I’ve been thinking about this these past few days, and I’ve come to a couple of conclusions to how you can create original fantasy material, in a newly envisioned world, and present it in a way that evokes a similar overall feel without just directly copying existing material.

The Monster

This is a big one, and I believe, the most critical of all the points I am going to make here. Modern fantasy in general, and fantasy RPGs in particular, seem to have lost touch with The Monster and forgotten it’s central role it plays in many of the oldest tales that survive to this day. Not all stories need monsters, just as not all fantasy needs to evoke the style of ancient myths. But we just don’t see The Monster anymore. RPGs in particular are full of “monsters”, but these tend to be swarms of critters that appear as the heroes come around the corner, and after a short action scene, are immediately forgotten one’s the turn around the next. Monsters are there to be fought, because fantasy is supposed to have monsters that are fought, but they generally don’t really have any impact on the greater story.  The story plays out between human(oid) characters. And I believe this even mostly holds true in D&D, with its big tomes of high level monsters. Yes, you might occasionally have fought a beholder or aboleth. But how often was that creature the main villain of the adventure that the entire story revolved around? What interactions did the PCs have with that big monster before they opened a door and found themselves immediately attacked? These monsters may make big and memorable fights, but from what I’ve seen over the past decades now, they are almost always just window dressing for a story that would work just as well without any monsters in it at all.

This is very much not the case with the monsters of ancient myths. There may be both perception bias by me and survivor bias by the ravages of time, but most if not all of these tales are about one monster. Medusa, the Bull of Minos, the cyclops Polyphemus, Cerberus, Fenris, Grendel, Humbaba, Ravana. They all have a name. They all are known to the people living near them and greatly feared. They have a history. They are not just some random creatures that live by themselves deep in the wilderness, minding their own business. The heroes who fight these monsters are not simply showing of their strength and power, they are performing a great service for the community. Yet somehow, we don’t really see that in modern fantasy. I think having these unique great monsters, that are an active thread to society and that ordinary people can not deal with are a central element of what makes a story feel mythic and really need to be included when trying to make a world that feels like Mythic Fantasy.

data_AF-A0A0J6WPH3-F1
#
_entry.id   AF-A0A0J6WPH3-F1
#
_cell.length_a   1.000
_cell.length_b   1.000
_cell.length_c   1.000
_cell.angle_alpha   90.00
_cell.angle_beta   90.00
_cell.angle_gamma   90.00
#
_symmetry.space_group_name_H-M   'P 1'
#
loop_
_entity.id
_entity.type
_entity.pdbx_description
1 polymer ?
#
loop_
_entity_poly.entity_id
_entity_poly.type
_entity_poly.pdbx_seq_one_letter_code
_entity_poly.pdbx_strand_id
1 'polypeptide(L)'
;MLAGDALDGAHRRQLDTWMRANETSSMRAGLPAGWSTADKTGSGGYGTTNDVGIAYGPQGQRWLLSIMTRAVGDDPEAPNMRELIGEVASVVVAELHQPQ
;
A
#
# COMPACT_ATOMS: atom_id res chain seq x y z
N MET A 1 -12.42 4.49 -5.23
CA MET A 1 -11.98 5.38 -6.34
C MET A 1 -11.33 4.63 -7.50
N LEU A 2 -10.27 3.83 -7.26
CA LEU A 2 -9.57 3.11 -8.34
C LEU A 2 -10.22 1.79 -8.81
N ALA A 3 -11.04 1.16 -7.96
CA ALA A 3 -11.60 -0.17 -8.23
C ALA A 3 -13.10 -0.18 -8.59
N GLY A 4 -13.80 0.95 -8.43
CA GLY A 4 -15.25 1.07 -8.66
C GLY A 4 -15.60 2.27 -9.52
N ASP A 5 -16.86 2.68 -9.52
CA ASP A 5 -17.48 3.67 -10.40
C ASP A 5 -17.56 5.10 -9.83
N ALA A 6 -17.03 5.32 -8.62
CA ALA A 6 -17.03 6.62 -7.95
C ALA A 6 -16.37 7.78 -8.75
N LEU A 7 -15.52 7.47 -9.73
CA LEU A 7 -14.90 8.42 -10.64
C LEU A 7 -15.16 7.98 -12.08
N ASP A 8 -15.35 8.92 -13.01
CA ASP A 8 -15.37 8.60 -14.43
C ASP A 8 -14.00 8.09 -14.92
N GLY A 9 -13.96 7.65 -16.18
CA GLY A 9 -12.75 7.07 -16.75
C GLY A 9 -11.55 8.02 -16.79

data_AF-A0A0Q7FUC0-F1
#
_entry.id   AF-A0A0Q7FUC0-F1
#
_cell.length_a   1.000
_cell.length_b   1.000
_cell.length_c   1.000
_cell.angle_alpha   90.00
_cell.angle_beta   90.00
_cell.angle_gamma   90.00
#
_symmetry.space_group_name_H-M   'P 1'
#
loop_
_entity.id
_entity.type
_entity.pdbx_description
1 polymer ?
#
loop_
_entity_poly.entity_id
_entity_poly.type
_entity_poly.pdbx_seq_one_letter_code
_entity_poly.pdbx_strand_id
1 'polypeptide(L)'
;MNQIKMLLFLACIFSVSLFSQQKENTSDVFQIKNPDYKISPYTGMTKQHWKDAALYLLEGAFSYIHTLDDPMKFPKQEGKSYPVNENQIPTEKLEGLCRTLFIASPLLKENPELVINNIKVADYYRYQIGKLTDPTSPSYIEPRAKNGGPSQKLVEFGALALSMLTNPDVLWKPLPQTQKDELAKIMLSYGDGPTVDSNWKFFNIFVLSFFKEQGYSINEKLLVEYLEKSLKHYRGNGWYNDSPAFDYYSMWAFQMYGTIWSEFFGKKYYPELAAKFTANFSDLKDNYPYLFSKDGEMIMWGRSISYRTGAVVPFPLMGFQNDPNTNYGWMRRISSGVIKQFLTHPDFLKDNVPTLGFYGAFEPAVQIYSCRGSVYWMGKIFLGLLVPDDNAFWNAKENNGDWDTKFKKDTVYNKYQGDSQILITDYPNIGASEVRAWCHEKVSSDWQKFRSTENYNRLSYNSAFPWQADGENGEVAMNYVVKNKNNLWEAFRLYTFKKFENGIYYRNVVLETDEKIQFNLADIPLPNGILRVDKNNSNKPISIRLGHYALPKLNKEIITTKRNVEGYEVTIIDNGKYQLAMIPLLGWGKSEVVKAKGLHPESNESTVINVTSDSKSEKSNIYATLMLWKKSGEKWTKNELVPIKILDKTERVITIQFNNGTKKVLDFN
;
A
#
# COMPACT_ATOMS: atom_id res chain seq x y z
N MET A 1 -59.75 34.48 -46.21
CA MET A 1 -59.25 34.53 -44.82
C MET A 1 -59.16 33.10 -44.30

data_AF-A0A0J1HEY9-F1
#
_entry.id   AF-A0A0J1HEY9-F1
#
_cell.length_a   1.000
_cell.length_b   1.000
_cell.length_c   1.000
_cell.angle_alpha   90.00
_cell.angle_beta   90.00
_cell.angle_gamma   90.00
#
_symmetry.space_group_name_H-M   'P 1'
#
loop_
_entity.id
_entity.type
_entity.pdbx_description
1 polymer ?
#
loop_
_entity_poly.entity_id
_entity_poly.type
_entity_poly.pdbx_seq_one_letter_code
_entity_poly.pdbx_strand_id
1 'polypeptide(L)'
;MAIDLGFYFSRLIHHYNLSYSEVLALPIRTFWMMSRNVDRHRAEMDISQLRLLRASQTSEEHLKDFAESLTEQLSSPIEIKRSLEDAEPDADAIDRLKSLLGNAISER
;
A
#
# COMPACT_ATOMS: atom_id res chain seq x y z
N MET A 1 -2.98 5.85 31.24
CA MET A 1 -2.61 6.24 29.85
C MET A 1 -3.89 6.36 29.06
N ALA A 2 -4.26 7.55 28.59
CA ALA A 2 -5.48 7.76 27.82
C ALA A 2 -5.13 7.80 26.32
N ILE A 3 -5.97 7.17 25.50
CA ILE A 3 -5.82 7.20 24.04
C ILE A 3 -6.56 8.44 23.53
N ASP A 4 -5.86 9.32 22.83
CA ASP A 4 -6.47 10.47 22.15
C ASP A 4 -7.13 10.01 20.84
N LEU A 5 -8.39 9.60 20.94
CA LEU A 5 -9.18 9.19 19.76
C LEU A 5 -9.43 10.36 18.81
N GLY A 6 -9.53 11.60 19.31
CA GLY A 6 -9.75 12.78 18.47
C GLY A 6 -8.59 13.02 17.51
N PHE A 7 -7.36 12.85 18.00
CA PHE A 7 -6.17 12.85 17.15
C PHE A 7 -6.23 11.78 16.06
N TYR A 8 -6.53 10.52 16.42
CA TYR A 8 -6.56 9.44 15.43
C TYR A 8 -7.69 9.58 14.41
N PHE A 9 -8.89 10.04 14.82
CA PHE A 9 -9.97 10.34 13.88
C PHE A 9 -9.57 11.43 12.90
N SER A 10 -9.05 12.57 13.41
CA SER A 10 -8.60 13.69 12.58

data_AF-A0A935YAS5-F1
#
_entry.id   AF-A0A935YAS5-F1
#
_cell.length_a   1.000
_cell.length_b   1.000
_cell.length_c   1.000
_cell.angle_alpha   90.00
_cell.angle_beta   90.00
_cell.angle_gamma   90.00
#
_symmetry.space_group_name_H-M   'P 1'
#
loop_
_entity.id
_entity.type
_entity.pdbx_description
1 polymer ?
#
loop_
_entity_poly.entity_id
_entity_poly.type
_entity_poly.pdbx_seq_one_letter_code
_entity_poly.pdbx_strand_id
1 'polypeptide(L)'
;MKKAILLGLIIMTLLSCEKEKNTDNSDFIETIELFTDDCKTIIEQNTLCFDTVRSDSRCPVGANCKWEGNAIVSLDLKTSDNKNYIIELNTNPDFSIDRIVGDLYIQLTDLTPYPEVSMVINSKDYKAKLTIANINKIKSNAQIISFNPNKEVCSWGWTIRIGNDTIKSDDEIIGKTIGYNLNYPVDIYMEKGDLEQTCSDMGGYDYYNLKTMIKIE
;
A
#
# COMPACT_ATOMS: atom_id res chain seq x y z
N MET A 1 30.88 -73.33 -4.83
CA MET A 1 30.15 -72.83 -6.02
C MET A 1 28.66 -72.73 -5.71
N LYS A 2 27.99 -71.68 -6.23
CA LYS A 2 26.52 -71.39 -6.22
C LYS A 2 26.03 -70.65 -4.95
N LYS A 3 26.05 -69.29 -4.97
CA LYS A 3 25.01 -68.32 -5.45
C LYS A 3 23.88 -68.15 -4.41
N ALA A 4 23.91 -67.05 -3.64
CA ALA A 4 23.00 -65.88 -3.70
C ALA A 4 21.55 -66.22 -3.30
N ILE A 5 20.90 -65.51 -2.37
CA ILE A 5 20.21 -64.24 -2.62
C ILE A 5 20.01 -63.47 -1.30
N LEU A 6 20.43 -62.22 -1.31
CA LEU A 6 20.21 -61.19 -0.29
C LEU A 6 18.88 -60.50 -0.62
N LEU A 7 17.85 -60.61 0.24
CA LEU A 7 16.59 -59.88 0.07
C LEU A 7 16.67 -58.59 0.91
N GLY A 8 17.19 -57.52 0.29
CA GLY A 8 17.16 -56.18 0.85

The Courts of the High Kings

Mythic tales as a whole seem to have a much bigger focus on specifics than the general, compared to what is overwhelmingly seen in games. Take any setting book for a fantasy RPG and look at the description of cities. If there is any useful information at all, it tends to be general stuff about the overall feel and appearance of the city, for when a group of mercenary adventurers is coming through on their way to new adventures. Cities often are central to mythic stories as well, but usually they are not described at all. When mythic heroes come to a city, they really are coming to a king’s court. That’s really the only part of the city that matters. Perseus comes to Knossos, to meet with King Minos. The city of Knossos is irrelevant to the story. All that is important is the palace of king Minos. Beowulf travels to Heorot, the court of King Hrothgar. We would assume that the king’s hall is inside a small city or town, but it is of no importance of the story. The name of the king’s court is not.

As a broad generalization, mythic tales like to give specific names to all the important characters and places. Myths will often take care to mention the homes and lineages of even secondary characters. It is possible, and perhaps even likely, that the original audiences of these stories would have been able to glean a great amount of context from these pieces of information. The home and lineage of different characters could inform deeper meanings in the things these characters say or the things they do, that are now lost to us. But even so, I still think that we would recognize such thing as being characteristic of ancient myths. And this is something that shouldn’t be too difficult to emulate in a game. When introducing new characters that are to some degree relevant to the story, don’t just tell the players their names and outer appearance, but also have them be introduced as “the son of X, brother to the king of Y”. It does not have to actually mean anything, but it still creates an impression that these things would be greatly meaningful to the people within the world of the story. Present NPCs as important leaders and emissaries, and have other NPCs treat them and speak of them as people who have influence and power, or at very powerful and influential friends. The world of myths is in many ways a very small one, in which everyone knows everyone and everything is connected.